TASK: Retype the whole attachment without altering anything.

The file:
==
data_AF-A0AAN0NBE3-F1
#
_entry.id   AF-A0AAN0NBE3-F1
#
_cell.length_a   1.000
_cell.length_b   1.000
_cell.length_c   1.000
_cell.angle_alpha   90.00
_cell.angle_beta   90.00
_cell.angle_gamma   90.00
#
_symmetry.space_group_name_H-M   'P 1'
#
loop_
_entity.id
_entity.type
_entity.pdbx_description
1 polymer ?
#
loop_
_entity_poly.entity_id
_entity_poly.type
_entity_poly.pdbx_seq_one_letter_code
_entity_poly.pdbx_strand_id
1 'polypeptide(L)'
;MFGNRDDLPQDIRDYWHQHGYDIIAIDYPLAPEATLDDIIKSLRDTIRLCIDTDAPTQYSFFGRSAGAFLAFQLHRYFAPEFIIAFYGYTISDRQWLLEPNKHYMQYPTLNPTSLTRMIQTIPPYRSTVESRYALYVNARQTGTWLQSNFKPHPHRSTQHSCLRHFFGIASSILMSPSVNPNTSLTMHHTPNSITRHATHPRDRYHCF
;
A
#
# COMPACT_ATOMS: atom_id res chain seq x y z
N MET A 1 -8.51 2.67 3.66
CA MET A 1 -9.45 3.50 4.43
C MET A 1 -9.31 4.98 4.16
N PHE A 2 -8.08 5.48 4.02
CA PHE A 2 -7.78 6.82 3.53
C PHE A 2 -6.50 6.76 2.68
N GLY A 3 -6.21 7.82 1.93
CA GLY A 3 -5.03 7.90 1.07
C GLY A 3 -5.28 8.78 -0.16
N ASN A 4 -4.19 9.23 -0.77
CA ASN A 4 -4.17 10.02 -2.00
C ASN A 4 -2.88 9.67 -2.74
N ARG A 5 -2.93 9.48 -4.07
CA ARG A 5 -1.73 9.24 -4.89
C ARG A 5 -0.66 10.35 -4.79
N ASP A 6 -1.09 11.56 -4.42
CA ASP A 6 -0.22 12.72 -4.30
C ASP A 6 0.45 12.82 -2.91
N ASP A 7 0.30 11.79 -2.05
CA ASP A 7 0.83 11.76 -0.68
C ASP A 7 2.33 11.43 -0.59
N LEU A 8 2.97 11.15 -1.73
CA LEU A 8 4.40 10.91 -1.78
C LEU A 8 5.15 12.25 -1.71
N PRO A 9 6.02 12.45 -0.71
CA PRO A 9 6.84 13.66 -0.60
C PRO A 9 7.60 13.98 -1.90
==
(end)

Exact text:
data_AF-A0AAN0NBE3-F1
#
_entry.id   AF-A0AAN0NBE3-F1
#
_cell.length_a   1.000
_cell.length_b   1.000
_cell.length_c   1.000
_cell.angle_alpha   90.00
_cell.angle_beta   90.00
_cell.angle_gamma   90.00
#
_symmetry.space_group_name_H-M   'P 1'
#
loop_
_entity.id
_entity.type
_entity.pdbx_description
1 polymer ?
#
loop_
_entity_poly.entity_id
_entity_poly.type
_entity_poly.pdbx_seq_one_letter_code
_entity_poly.pdbx_strand_id
1 'polypeptide(L)'
;MFGNRDDLPQDIRDYWHQHGYDIIAIDYPLAPEATLDDIIKSLRDTIRLCIDTDAPTQYSFFGRSAGAFLAFQLHRYFAPEFIIAFYGYTISDRQWLLEPNKHYMQYPTLNPTSLTRMIQTIPPYRSTVESRYALYVNARQTGTWLQSNFKPHPHRSTQHSCLRHFFGIASSILMSPSVNPNTSLTMHHTPNSITRHATHPRDRYHCF
;
A
#
# COMPACT_ATOMS: atom_id res chain seq x y z
N MET A 1 -8.51 2.67 3.66
CA MET A 1 -9.45 3.50 4.43
C MET A 1 -9.31 4.98 4.16
N PHE A 2 -8.08 5.48 4.02
CA PHE A 2 -7.78 6.82 3.53
C PHE A 2 -6.50 6.76 2.68
N GLY A 3 -6.21 7.82 1.93
CA GLY A 3 -5.03 7.90 1.07
C GLY A 3 -5.28 8.78 -0.16
N ASN A 4 -4.19 9.23 -0.77
CA ASN A 4 -4.17 10.02 -2.00
C ASN A 4 -2.88 9.67 -2.74
N ARG A 5 -2.93 9.48 -4.07
CA ARG A 5 -1.73 9.24 -4.89
C ARG A 5 -0.66 10.35 -4.79
N ASP A 6 -1.09 11.56 -4.42
CA ASP A 6 -0.22 12.72 -4.30
C ASP A 6 0.45 12.82 -2.91
N ASP A 7 0.30 11.79 -2.05
CA ASP A 7 0.83 11.76 -0.68
C ASP A 7 2.33 11.43 -0.59
N LEU A 8 2.97 11.15 -1.73
CA LEU A 8 4.40 10.91 -1.78
C LEU A 8 5.15 12.25 -1.71
N PRO A 9 6.02 12.45 -0.71
CA PRO A 9 6.84 13.66 -0.60
C PRO A 9 7.60 13.98 -1.90